Galactic Center Wide Field VLA Radio Image
|Minimum credit line: Image courtesy of NRAO/AUI
and N.E. Kassim, Naval Research Laboratory(for details, see .|
Forever hidden behind a thick veil of dust and gas, the center of our Milky
Way Galaxy cannot be seen in visible light, the kind of light that our eyes
see. In order to study the center of our Galaxy, astronomers must turn to
other colors of light, like gamma-rays, X-rays, infrared, and radio.
This panoramic view of the center of our Milky Way Galaxy is at a radio
wavelength (color) of approximately 1 meter. This image is the largest and
most sensitive radio image ever made of the Milky Way's center at a uniform
and high resolution.
The beauty and complexity of this image excites the imagination of experts
and non-experts like. The concentration of sources along a diagonal line
through the image reveals the disk-like shape of the Milky Way viewed
edge-on. This image also serves as a useful tool for astronomers because it
displays all of the major components of the Milky Way's center region in a
The most prominent source in the image is Sgr A. (Its name derives from the
fact that the Milky Way's center is in the direction of the constellation
Sagittarius, abbreviation Sgr. Deep within Sgr A is the source Sgr A*, which
astronomers have identified as possibly being a black hole with a mass
millions of times that of the Sun.
Sgr A is clearly not the only source, though. As hot young stars form, they
heat the gas around them. Eventually, the gas can become hot enough that it
glows, serving as a lamppost to show where stars are forming. There are a
number of prominent regions of star formation in the Milky Way's center
including Sgr B1 and B2 and part of Sgr D. When hot stars run out of fuel,
they collapse, producing massive explosions known as supernovae. The
explosive debris becomes a supernova remnant, within which high-speed
electrons are spiraling around magnetic fields. A number of such supernova
remnants are visible within this image. In addition, this spiraling or
synchrotron radiation seems to be responsible for a collection of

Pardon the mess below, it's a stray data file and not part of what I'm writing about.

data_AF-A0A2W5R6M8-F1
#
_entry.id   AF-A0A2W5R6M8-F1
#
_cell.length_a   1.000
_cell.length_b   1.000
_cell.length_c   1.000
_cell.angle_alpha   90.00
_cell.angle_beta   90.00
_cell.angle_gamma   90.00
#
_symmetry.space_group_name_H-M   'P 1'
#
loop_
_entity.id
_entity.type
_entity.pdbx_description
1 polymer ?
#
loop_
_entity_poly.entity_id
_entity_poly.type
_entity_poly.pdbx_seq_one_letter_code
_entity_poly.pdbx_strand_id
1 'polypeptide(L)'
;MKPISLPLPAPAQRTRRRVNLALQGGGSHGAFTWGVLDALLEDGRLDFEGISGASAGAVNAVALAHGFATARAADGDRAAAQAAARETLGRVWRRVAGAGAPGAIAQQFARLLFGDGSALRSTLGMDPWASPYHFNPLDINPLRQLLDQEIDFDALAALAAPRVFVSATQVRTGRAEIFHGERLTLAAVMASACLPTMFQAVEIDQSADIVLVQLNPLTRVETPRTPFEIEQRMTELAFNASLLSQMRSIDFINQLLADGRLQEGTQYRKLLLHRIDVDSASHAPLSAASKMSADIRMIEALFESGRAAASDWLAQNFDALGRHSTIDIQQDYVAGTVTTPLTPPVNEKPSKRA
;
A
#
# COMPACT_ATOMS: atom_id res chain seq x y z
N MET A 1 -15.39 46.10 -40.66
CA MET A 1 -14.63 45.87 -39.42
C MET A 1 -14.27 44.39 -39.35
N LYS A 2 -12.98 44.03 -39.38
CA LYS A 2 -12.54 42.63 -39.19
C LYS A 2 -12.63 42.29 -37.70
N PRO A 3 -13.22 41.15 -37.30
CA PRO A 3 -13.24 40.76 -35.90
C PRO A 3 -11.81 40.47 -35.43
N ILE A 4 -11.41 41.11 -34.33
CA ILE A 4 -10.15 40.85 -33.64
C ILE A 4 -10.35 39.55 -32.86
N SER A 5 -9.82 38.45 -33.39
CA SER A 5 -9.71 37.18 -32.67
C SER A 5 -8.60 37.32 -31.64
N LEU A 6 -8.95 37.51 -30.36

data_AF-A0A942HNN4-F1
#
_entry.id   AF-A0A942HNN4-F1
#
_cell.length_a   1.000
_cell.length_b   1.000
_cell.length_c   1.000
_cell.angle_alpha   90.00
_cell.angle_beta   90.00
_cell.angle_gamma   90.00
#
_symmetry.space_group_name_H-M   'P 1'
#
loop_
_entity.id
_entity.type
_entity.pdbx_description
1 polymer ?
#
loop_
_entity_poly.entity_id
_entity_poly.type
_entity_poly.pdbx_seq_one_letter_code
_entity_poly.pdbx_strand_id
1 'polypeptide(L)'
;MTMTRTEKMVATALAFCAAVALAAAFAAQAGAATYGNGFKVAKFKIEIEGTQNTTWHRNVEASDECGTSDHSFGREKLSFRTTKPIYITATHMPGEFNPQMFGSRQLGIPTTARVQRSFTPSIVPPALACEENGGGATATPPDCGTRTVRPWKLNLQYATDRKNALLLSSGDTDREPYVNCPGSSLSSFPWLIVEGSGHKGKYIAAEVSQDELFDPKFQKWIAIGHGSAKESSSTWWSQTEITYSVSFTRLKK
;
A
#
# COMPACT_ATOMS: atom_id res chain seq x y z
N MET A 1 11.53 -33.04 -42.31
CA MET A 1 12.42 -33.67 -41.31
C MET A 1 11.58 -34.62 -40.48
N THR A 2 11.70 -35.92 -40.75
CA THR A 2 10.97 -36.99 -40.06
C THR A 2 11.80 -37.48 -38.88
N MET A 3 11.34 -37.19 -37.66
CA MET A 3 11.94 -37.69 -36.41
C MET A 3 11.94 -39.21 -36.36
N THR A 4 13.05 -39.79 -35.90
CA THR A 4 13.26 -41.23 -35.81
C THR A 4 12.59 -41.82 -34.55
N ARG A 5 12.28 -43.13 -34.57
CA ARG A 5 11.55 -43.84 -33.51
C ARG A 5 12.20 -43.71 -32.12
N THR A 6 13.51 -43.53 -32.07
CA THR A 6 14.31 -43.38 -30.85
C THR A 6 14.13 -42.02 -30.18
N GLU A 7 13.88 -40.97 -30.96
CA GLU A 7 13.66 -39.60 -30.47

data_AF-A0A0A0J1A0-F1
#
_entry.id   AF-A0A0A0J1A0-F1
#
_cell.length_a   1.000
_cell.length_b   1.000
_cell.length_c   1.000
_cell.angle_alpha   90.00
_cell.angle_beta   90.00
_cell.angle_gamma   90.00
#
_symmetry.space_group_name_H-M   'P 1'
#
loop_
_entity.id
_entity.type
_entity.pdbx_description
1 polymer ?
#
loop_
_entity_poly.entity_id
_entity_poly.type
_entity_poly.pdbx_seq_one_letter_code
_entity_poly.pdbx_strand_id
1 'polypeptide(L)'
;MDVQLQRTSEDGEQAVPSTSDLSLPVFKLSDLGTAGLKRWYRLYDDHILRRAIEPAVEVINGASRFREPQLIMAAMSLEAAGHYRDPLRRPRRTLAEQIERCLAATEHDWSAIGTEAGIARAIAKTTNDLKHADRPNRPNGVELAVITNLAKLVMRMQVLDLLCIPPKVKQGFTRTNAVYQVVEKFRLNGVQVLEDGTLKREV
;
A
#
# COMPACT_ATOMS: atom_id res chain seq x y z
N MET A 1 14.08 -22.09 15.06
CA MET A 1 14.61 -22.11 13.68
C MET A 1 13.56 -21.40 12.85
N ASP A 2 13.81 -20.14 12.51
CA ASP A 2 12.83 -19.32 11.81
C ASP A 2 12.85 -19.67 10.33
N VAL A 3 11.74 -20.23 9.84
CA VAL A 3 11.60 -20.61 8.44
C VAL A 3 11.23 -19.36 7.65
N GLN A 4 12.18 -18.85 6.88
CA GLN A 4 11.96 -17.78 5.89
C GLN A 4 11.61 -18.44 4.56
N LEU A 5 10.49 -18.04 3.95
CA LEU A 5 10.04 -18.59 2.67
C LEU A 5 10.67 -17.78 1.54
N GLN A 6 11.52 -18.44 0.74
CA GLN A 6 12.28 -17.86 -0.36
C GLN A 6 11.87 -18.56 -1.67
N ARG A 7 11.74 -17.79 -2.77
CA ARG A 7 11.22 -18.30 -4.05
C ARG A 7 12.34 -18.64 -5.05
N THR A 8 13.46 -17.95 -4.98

enigmatic sources known as the Galactic center arc, filaments, and
threads. The true nature of these filamentary structures remains a mystery,
though it is clear that their emission, orientation, and structure provide
important clues to the energetics and large-scale magnetic field structure
in the center of the Milky Way.
This image has also led to the discovery of many new sources, including a
new supernova remnant, numerous pulsar candidates, several new filamentary
structures, and a mysterious transient source.
Investigator(s): N.E. Kassim, T.J.W. Lazio, T.N. Larosa, D.S. Briggs, and
This image is available in the following downloadable versions:
- 462 x 576
- 842 x 1050
- 2100 x 2619
If you would like to obtain a higher resolution version of this image,
- Read the
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- For unfamiliar terms, visit the NRAO
Date of Observation
Type of Observation
Center of Image
RA: 17:43:15.00, Dec: -28:52:0.00 (J2000)
Field of View
2.5000 x 4.0000 degrees
This image was made from archival data which were
reprocessed using modern, wide-field imaging software (Cornwell's SDE DRAGON
routine). The archival data were kindly provided by A. Pedlar from
multi-configuration observations (A, B, C, D) originally taken between March
1986 - May 1987. The resolution is 48" x 48". The peak brightness is 8.5 Jy/beam, and the rms noise level (excluding the bright sources on the Galactic ridge) is 5.9 mJy/beam.
- Astronomical database entries for Sgr A
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